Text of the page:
https://i.imgur.com/PTAoU9U.png
- How can a cross-Earth flight from LA to Sydney only take 13 hours, and only take place over the ocean (thus having to go around the continents)?
- How come the passengers don't notice the refueling, and how come they can only see ocean out the window?

I gave you links showing that they lie about flight times and that they lie about non-stop flights. Yet, you keep insisting that they are truth.

We haven't even discussed jet streams.

There is also not a Bi-Polar map, only a Bi-Polar model. Are we supposed to design a map around lies?
If you are able-bodied there should be nothing really stopping you from getting a license to fly and taking a holiday to pilot yourself to different locations, right? It's not as if it's impossible to test these things out for yourself or even for anyone. Since GPS works and functions as it should, the burden of proof is really on you if you're going to claim that it's all a lie.

The bi-polar map really presents more problems than it solves in terms of flat earth. Not a great example. Before you ask me what a better model would be I'm only going to say that the globe model just works perfectly as it should... The fact that any flat map is having trouble working with real life experiences of travel is surely quite telling?
Tom is wrong most of the time. Hardly big news, don't you think?

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Offline Tom Bishop

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Re: Distance from Australia to Argentina dilemma
« Reply #44 on: January 10, 2019, 02:00:43 PM »
There is no Bi-Polar map. It's a Bi-Polar model. When I get around to it I'll replace that image with a circle that has two dots in it for the North Pole and the South Pole.

It is unknown what the map of the earth looks like, mainly because of the lies previously described. The matter is unstudied. Non-stop flights aren't always non-stop. Airline times aren't reliable. Flights are delayed, rescheduled, all the time.

Further, there are wind streams that travel both Eastwards and Westward directions in the southern and northern hemispheres.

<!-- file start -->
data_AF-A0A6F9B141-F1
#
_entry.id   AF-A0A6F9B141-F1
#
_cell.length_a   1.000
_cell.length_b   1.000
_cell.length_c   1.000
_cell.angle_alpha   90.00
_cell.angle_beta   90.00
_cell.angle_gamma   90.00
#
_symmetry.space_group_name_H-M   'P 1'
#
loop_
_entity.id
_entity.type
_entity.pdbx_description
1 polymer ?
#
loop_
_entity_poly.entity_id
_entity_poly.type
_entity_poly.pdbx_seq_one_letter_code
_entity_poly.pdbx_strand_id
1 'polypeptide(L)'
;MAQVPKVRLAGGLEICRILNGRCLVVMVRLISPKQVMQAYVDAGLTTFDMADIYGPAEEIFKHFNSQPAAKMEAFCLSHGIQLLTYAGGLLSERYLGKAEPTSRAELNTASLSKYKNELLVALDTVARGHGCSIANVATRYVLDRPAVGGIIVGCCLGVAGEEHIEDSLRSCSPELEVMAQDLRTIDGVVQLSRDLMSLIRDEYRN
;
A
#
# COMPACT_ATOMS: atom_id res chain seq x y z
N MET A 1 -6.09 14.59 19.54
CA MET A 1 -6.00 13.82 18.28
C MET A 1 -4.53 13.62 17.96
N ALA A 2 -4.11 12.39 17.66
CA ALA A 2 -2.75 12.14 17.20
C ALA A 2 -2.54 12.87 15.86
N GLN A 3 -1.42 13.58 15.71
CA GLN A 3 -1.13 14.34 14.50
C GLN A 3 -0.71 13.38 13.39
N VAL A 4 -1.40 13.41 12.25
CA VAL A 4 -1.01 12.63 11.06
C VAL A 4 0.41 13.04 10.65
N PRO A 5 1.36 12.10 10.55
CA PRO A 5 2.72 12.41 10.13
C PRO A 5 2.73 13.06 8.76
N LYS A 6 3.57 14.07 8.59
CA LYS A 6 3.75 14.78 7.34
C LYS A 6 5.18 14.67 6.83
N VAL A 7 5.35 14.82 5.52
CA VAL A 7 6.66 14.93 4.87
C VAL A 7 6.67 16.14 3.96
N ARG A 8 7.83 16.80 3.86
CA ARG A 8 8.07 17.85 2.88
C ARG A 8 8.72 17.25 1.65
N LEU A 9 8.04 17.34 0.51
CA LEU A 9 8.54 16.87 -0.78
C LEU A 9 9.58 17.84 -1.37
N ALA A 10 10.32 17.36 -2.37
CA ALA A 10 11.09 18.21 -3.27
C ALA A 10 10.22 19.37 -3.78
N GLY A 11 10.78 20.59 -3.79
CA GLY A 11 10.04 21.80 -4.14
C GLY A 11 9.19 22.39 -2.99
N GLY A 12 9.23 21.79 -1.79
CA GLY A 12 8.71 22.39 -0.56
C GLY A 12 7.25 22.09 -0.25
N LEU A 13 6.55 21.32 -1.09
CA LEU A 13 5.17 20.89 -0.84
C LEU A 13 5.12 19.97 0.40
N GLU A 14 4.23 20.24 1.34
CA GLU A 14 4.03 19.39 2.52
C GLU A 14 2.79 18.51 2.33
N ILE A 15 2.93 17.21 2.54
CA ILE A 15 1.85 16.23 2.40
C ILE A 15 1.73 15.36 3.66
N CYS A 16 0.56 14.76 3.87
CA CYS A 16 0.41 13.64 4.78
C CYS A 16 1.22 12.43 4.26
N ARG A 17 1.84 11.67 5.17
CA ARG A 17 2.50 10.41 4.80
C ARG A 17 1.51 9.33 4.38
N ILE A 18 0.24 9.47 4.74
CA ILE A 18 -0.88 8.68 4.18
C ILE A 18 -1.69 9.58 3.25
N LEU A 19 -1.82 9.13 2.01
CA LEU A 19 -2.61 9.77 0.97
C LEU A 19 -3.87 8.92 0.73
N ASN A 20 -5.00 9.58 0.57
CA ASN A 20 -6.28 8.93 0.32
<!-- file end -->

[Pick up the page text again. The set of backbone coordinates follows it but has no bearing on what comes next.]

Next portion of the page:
If anyone wants to try to make a map based on such lies and vague concepts they are kidding themselves.

I would suggest providing real data, not an Uber driver's itinerary.
« Last Edit: January 10, 2019, 02:03:07 PM by Tom Bishop »

Re: Distance from Australia to Argentina dilemma
« Reply #45 on: January 10, 2019, 02:03:20 PM »
There is no Bi-Polar map. It's a Bi-Polar model. When I get around to it I'll replace that image with a circle that has two dots in it for the North Pole and the South Pole.
It is unknownn what the map of the earth looks like, mainly because of the lies previously described. Non-stop flights aren't always non-stop. Airline times aren't reliable. Flights are delayed, rescheduled, all the time. If you wants to try to make a map based on that they are joking.
Further, there are wind streams that travel both Eastwards and Westward directions in the southern and northern hemispheres.
Then why did you give it as an example of a solution to the problem? Because on the bipolar model, the continents are moved around, so Argentina would seem closer to Australia. But this creates even more problems for you - the distance between LA and Sydney is even longer, but flights are even shorter. So why did you bother offering something that you know is inaccurate?

Offline edby

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Re: Distance from Australia to Argentina dilemma
« Reply #46 on: January 10, 2019, 02:03:42 PM »
If the airlines lie, why not have a thread here or a forum for interested contributors to discuss flights that they have taken?